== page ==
Demographics Vulnerable to Addiction

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If there is one thing that we all can learn from addiction, it has to be discrimination. Addiction is one such disease that puts less focus on race, background, culture, religion, and any other aspect. It is a brain disorder that impacts everyone equally. Even age is not a parameter that can stop addiction from spreading. This can be distinguished from the stats clearly showing that more young people and teenagers are now constantly engaged in practices revolving around substance abuse. All demographics of society suffer equal wrath of addiction.

It’s a chronic disease that is treatable, but the patient suffers from a high risk of relapsing even after attaining long-term sobriety. Although how addiction evolves in an individual is still a complex process to understand and decode. However, it is still possible to trace the patterns of how addiction is spreading in individuals, and then marking those common links that possibly connects the dots and increase the chances of a particular group of people to develop an addiction.

Demographics More Vulnerable to Addiction

Certain factors contribute to the way addiction develops in individuals. Although these factors are not a sure shot in discovering the true basis of how addiction occurs, this can give a possible cause or which groups are more prone to fall into addiction.


It has long been studied and suggested that men are more likely to develop a drug or alcohol dependence. Further, it has also been revealed that men have more dominance in the discussions about how addiction should be treated. But, the trends are changing at a fast rate now. Earlier, it was the men who were more likely to use illegal drugs when compared to women. However, as young women work towards closing the gap between males and females, women are now more frequently abusing illicit drugs.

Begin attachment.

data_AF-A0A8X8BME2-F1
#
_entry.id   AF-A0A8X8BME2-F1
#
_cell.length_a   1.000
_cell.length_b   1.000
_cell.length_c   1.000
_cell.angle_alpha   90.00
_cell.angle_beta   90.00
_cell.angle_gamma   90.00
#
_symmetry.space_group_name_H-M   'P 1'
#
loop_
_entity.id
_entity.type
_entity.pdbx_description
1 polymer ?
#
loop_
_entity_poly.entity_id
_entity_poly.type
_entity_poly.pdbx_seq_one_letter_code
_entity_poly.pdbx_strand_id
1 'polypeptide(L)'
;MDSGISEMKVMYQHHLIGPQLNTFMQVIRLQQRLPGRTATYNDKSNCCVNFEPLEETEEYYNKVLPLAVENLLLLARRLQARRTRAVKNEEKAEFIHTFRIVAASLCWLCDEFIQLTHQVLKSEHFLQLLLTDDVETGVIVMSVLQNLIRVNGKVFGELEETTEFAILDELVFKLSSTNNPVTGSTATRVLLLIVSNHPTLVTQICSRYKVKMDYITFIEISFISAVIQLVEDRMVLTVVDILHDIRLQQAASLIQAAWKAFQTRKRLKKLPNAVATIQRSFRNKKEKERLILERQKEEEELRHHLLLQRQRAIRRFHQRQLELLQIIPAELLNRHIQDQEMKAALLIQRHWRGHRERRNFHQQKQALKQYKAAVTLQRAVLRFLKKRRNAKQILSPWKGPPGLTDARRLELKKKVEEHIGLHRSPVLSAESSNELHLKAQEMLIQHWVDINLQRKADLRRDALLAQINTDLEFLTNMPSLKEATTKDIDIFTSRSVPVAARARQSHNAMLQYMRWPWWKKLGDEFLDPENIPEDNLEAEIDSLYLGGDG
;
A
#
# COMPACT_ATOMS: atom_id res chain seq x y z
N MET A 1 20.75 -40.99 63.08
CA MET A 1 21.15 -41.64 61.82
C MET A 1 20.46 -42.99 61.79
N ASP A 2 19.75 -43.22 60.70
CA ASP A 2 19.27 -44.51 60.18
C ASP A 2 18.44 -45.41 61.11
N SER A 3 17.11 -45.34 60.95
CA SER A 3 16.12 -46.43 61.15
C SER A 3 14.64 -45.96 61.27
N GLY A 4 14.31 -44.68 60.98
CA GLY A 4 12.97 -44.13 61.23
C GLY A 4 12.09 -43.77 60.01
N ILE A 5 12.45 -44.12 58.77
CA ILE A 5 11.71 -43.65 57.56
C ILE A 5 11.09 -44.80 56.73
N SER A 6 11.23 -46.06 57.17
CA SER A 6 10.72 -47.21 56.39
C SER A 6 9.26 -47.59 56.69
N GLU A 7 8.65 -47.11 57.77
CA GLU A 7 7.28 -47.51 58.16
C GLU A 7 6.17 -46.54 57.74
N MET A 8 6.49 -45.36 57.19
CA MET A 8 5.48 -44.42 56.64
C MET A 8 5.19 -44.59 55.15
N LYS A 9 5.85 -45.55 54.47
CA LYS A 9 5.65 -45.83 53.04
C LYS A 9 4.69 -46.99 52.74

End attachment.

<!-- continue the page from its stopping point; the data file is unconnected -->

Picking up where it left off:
Around 20 percent of women who seek addiction treatment do so because of alcoholism, however, only 10 percent of men suffering from alcohol addiction seek treatment. Also, women are more likely to choose inpatient treatment because of their responsibilities towards their children.

During recovery, a woman’s menstrual cycle can increase the frequency of cravings for the drugs due to hormones. They may get strong urges during the month which can cause them to relapse. Men, on the other hand, do not have a menstrual cycles and hence are at less risk.

Family History

Having a family member who has suffered or is suffering from addiction increases the chances of addiction in the succeeding members by 20 percent. They are more vulnerable to drug dependence and this has stamped on the possibility that substance abuse disorder might be a genetic disease.

However, a person, right after birth cannot be suffering from addiction but over time, they are more prone to developing addictive traits towards drugs and alcohol. Substance abuse disorder is actually viewed as a disease that’s made of 50 percent coping skills and the other 50 due to the genetic predisposition. If their parents or grandparents have a history of substance abuse, they are more vulnerable to having addictive tendencies later in life.